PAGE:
NSW Car Sold by Dealer - Can I Get a Deposit Refund?

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23 August 2015
Could you please assist in helping me understand my legal position under Australian Consumer Law?

I placed a $1000 deposit for a used vehicle, with the understanding I would finance the remaining amount. The dealers finance rates were above market rate so I choose to fund the car via my own financial institute. During the process of financing the vehicle the dealer sold the vehicle (informing me via voicemail) and advising that my deposit will not be refunded. I have the finances available to purchase the original vehicle for which I signed a contract. The dealer has offered 2 options
1. Purchase another vehicle. (Which I do not want and is greater amount)
2. Lose deposit

Thanks in advance.

Sarah J

Well-Known Member
16 July 2014
Melbourne, Victoria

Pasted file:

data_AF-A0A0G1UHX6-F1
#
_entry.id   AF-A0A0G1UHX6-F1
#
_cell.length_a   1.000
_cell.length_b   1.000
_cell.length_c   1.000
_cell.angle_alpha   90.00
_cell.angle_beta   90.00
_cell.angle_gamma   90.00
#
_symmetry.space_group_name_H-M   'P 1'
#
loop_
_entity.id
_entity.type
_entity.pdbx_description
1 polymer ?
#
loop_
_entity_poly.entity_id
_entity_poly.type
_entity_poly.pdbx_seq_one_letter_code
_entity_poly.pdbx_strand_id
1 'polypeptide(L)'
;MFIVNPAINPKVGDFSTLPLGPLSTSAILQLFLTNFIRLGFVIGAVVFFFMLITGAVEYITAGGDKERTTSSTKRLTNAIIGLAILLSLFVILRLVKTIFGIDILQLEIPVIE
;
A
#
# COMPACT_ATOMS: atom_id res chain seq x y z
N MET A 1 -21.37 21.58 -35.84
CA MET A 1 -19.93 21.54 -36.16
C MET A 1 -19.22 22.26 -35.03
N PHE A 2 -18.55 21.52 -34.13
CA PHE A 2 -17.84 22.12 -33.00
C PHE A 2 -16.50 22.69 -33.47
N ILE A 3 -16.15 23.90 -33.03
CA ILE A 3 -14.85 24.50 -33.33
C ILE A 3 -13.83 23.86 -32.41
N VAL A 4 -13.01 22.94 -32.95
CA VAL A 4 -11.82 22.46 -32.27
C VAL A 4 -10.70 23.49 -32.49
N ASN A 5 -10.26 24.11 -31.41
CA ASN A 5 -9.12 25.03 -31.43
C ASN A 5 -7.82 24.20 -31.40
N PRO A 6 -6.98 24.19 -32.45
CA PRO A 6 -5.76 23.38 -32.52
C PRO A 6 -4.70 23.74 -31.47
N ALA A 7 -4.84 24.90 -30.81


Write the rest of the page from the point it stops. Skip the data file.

Hi Zak,

Is the dealer an authorised car dealer operating in Australia (i.e. they are not a private seller)?

It does not seem right that (i) after signing a contract to sell the vehicle to you, they then sell the vehicle to another party; and (ii) keep your deposit after not delivering the car. Did you sign a contract for the sale and purchase of the vehicle? If so, does it impose an obligation on the seller to provide you with the car or is it merely an agreement to agree after happening of certain conditions (e.g. you get finance)?

You seem like you would be protected under the Australian Consumer Law. Contact NSW Fair Trading to lodge a complaint. They offer a free dispute resolution service to help you get your deposit back (or possibly a replacement car if available). If Fair Trading cannot help, or you think their process is too slow, you can commence an action with NCAT (a tribunal, not a court) for the recovery of your deposit. The application process is all online and they will arrange a hearing with you within 6 weeks of lodging the application (so relatively faster).

There are also a number of other legislations that regulate car dealers in Australia (it is a heavily regulated area). So if you are unsuccessful under Australian Consumer Law, there may also be some recourse under the Sale of Goods Act or contact law. However, much of it will depend on what is written in the contract between you and the dealer.